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Wednesday, 05 September 2012

Hair Today

By Joanne Zimmermann

A few hairs fell on my vanity, then some more. It must be seasonal, I reasoned. Of course more grey and white poked through and the texture seemed coarser.

My hair has always been naturally curly but as it thinned, there did not seem to be enough to bounce anymore. Some hairs seemed wiry, sticking out at odd angles.

It could be my thyroid, I thought. Off to the blood lab but thyroid was fine. As my face wrinkled and sagged, I still had my youthful hair to hide under. Almost no one guessed my age.

I should be happy my hair’s age matches the rest of me, I suppose. Every morning I have a bed head - you know, kind of a bare spot poking through. Now I have several. I try to fluff and mousse and turn my head upside down just to cover those spots.

I trimmed more off, reasoning that if it was shorter I had less to cause trouble. Wrong, I just had less and looked worse if that was possible.

Some ladies I knew seemed to magically cross from that stage to pure white, and without processing, their hair seemed to recover. I tried not coloring, just conditioning. More fell out.

Sometimes I would just say, well who cares?

Now we know that is a lie; everyone seems to notice. My partner is bald – well, almost. He maintains a white fringe and neat moustache and beard. He looked that way when I met him and now I think he just looks handsome.

I envision myself that way, hairs appearing more on chin, upper lip and less on top. No, no, no!!! I awoke from the nightmare.

Wigs, hairpieces, extensions are offered in a thousand colors and styles. But he is encouraging; saying just let it go natural.

Somewhere I read about a lady who had three hairs left, so she braided it. One morning there were two so she parted it. When there was only one, she let it hang in a ponytail. How brave and realistic.

Is there life without hair care? I should really feel on the brink of complete freedom. It will be cheaper, simpler and I, self-assured, will proudly step forth with my chin up and a smile on my face.

And to those of you who have lost your hair through chemotherapy, my hat is off to you and a 21-hair salute!! You are the real heroines and heroes of the world. As Johna has taught us, less is more (words, not hair).

God!
Hair is history
Partner loves ME
That is the mystery


[INVITATION: All elders, 50 and older, are welcome to submit stories for this blog. They can be fiction, non-fiction, poetry, memoir, etc. Please read instructions for submitting.]

Posted by Ronni Bennett at 05:30 AM | Permalink | Email this post

Comments

You do have a problem. Maybe your companion is right, just let it go. But if he's as nice as you say, he will probabley be happy & proud of which ever way YOU decide is best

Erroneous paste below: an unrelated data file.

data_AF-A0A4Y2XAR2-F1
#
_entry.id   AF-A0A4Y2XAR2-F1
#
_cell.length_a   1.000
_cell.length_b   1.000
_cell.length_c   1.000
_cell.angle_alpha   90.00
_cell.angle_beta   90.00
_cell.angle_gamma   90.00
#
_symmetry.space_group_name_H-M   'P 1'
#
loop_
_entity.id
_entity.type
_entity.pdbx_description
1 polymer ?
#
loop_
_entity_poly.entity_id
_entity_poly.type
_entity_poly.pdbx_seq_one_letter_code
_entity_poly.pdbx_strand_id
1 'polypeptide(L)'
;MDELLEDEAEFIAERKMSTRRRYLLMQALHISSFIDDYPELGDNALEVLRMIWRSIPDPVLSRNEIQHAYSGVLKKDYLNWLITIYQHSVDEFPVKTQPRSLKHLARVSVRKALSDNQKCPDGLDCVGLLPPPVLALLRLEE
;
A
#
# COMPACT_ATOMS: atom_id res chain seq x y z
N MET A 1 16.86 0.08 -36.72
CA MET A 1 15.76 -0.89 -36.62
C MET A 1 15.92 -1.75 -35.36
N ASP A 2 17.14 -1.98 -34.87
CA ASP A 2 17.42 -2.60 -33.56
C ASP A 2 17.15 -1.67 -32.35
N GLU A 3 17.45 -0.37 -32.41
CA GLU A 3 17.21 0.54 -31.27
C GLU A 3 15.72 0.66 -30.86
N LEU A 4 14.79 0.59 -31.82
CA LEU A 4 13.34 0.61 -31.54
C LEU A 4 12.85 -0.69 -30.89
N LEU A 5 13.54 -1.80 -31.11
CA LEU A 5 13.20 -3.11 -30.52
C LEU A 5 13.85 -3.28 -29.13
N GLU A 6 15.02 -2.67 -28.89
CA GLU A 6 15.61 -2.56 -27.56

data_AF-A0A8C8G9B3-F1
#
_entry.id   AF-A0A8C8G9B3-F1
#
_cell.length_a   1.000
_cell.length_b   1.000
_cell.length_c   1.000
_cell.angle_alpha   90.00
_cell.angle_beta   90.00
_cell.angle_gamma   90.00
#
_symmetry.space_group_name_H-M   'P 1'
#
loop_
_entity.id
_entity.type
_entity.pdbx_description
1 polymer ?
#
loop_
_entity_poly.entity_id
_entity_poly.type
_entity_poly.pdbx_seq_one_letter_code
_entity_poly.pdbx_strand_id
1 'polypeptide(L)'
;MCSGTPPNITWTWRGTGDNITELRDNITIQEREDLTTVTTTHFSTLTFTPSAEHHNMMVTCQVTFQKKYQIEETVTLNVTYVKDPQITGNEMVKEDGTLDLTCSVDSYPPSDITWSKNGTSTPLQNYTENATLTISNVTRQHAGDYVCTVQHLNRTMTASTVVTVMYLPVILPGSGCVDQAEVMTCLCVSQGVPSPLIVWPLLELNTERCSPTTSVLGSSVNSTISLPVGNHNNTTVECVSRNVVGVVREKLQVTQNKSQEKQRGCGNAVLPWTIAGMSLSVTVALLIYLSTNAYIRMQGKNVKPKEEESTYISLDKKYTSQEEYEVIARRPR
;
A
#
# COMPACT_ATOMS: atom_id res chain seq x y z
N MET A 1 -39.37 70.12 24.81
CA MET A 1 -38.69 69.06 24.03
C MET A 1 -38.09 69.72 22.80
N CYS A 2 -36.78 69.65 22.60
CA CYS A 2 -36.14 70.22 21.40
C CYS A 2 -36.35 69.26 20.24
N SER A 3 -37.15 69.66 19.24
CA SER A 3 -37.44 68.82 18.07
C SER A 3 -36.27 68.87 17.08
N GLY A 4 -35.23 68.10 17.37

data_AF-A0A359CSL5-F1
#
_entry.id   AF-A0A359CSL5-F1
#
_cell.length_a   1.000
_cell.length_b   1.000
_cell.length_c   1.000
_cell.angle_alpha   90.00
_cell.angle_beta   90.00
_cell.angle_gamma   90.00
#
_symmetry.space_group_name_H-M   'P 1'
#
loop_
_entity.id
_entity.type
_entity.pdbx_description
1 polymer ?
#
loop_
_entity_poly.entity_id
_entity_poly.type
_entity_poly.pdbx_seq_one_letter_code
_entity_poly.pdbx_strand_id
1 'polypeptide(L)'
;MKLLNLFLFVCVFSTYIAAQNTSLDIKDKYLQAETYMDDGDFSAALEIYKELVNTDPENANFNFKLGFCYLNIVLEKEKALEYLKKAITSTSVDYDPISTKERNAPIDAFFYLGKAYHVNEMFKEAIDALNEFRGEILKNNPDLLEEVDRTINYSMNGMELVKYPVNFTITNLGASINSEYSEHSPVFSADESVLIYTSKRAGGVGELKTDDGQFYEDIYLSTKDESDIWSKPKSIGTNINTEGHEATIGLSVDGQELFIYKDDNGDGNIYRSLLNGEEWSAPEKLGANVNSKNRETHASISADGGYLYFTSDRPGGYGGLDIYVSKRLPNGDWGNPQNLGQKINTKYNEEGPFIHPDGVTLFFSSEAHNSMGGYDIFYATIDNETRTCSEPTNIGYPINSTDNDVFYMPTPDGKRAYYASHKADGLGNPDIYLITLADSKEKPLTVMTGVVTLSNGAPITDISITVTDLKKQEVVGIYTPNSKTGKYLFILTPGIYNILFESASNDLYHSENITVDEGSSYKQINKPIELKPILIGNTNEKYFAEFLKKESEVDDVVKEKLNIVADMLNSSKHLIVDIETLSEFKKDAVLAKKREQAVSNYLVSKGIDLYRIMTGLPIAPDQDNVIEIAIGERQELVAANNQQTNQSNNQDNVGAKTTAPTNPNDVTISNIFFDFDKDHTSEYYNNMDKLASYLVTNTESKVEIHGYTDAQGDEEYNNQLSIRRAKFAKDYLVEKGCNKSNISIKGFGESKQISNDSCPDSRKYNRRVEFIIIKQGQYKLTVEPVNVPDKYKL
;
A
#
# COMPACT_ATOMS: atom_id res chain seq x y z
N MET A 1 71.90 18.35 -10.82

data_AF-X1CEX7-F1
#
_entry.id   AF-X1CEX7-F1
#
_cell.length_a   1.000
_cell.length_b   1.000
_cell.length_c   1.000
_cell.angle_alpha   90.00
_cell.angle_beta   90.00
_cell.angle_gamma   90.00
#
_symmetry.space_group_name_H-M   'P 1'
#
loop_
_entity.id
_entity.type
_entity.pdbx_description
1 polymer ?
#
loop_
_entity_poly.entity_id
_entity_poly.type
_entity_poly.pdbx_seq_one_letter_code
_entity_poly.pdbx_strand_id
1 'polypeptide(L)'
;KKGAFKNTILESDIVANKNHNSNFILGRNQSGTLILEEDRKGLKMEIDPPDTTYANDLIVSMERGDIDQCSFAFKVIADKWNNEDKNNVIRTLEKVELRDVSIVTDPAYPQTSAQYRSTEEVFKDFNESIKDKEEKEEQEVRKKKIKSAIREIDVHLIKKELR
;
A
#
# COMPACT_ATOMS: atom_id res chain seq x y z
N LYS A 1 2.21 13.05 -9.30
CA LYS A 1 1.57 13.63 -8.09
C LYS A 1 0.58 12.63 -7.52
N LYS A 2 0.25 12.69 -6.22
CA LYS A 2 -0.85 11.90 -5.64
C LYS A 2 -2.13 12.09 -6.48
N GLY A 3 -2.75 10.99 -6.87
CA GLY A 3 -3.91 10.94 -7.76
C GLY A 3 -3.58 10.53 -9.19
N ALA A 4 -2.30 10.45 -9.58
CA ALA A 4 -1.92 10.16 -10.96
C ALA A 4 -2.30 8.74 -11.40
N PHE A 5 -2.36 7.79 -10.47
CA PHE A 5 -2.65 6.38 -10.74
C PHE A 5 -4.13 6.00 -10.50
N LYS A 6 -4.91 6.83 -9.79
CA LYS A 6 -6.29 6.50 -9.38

Thank God, I haven't outgrown the stage of ladies wearing hats/caps and gloves for dress up, chores about town or at home. Cuts down costs at hair salons, protects my nails and warms wrinkly hands.

I've tried many things, but nothing works, so I just keep it short am glad that all I have to do in the morning is run my fingers through the remaining instead of a comb. Just think of all the energy I am saving for writing, not hair salons, etc. Also loved your short is often better tale.

Joanne,
It has been a long time since the person who cuts my hair has run her/his fingers through it with the remark, "You have such lovely, thick, healthy hair. What shall we do with it today?"
Seems like now they try to hide behind their chair and hope I move on to the next cubicle. I read somewhere that hair goes through a regular "falling out" period then new hair grows in. My body has given in to gravity at many sagging sites (enough said.) No one ever told me that hair, too, succumbed to gravity action. But the action is permanent. Instead of hanging on like the other parts, it gives up, falls out and never comes back.
Thoroughly enjoyed your "hair" tale.

Michigan Grandma

Joanne, I am going to dress in pink...to match my scalp!
Good to know, I'm not alone.

Thankfully, I have LOTS of hair. However, one time when I was in NC visiting a beauty shop for my daughter's sake, I decided to have my hair cut,too,as I watched to see if they were cutting her hair properly. The hairdresser kept commenting on my "pretty hair". But when she finished and I looked in the mirror, I was scalped and looked like a boy. I was so upset that I made my daughter drive to another town so that I could buy a wig. I guess that's vanity, huh?

It's my hairdresser who held back tears the last time she cut my hair. My mother died on her 45th birthday, so I've always considered it an honor and unexpected gain as I ticked off each year beyond 45. I proudly tell my age, 62, and I don't mind the wrinkles. I do mind the balding pate, however. I'm not certain what I'm going to do.

For many years my hair made me look younger than I was, but now it's catching up. I have streaks no beauty shop would have done (on purpose anyway!)and my bathroom floor must be swept three times more often due to fallout. I have no bald spots, but I have developed a cow-lick in back -- takes more time to cover than you would believe. I would welcome white hair, but instead I have salt and pepper, but I'm not gonna waste any money on covering it -- my face belies my age. It used to be that teenage boys would approach me from behind in the mall, only to be very embarrassed to see that I was actually old. I'd just laugh then, but it is actually a little sad now to know that no one will approach me, not the old or the young. I'm getting used to it, but it will take a little while longer to really reconcile myself to it.

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